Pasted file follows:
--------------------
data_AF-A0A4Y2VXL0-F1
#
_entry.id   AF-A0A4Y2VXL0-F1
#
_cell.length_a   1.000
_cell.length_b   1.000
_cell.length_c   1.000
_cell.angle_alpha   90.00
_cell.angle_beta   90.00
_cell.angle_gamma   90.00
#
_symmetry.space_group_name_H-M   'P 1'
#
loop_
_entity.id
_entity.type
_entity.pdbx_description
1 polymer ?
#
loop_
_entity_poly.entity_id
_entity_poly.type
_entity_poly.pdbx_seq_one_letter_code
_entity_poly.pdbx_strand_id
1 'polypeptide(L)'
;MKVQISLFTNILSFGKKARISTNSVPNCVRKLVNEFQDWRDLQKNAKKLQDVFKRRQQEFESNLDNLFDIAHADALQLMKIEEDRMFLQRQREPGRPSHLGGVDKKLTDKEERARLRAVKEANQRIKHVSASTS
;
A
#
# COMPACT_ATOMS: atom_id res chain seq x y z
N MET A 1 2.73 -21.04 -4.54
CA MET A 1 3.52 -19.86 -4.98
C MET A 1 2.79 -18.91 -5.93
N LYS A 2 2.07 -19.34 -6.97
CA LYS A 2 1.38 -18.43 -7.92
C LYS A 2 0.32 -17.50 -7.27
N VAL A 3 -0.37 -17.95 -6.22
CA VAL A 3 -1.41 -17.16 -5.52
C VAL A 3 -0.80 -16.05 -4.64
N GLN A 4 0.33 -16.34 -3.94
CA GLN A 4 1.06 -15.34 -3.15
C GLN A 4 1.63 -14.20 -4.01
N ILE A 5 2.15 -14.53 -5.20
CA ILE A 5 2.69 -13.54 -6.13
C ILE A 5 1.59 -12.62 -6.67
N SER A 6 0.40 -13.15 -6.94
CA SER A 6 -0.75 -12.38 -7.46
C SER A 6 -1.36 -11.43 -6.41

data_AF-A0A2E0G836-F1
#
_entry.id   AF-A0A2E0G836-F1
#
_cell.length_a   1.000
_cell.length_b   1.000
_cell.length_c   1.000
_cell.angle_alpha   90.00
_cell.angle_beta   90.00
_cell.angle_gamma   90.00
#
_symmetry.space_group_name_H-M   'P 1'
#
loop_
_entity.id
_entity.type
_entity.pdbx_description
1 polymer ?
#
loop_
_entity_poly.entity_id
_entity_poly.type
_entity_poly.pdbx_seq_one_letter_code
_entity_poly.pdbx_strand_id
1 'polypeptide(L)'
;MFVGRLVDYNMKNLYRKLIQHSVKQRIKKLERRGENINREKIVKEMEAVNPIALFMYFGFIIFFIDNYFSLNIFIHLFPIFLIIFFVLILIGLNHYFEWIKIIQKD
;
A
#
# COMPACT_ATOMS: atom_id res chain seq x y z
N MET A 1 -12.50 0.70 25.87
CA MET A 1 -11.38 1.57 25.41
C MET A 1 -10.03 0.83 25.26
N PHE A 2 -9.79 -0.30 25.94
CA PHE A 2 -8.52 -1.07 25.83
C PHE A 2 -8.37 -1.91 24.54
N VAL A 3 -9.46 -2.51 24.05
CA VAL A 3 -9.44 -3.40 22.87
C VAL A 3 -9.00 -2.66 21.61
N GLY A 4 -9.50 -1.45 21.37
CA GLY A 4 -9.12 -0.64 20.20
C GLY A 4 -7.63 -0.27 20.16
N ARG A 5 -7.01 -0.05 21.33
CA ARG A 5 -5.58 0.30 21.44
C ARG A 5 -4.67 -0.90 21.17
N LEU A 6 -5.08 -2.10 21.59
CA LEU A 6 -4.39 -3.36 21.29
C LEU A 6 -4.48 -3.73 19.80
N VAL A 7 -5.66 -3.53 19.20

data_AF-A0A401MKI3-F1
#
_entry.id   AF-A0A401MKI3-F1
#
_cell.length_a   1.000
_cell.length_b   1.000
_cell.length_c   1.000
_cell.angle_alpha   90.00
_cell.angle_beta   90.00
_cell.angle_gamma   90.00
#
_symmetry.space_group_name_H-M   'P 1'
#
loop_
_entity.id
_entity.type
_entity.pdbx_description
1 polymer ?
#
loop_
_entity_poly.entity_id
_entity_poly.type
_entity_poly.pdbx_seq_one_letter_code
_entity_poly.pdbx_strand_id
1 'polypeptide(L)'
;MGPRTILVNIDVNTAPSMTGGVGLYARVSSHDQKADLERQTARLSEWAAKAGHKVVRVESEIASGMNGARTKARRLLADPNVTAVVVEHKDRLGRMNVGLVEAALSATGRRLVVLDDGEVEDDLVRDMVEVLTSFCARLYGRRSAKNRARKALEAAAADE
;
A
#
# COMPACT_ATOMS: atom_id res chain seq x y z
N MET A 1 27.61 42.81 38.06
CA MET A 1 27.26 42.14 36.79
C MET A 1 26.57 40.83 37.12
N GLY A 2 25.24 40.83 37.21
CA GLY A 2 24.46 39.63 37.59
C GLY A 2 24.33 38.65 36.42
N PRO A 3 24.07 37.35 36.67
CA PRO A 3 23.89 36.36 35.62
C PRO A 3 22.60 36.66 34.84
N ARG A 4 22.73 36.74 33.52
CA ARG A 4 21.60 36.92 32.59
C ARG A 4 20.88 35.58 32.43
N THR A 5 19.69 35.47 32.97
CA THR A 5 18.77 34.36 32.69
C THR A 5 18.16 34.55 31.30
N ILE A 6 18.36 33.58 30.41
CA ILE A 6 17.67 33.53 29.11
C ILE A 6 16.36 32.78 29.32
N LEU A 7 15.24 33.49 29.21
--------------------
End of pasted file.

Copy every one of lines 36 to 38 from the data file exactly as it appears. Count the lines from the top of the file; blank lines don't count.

C LYS A 2 0.32 -17.50 -7.27
N VAL A 3 -0.37 -17.95 -6.22
CA VAL A 3 -1.41 -17.16 -5.52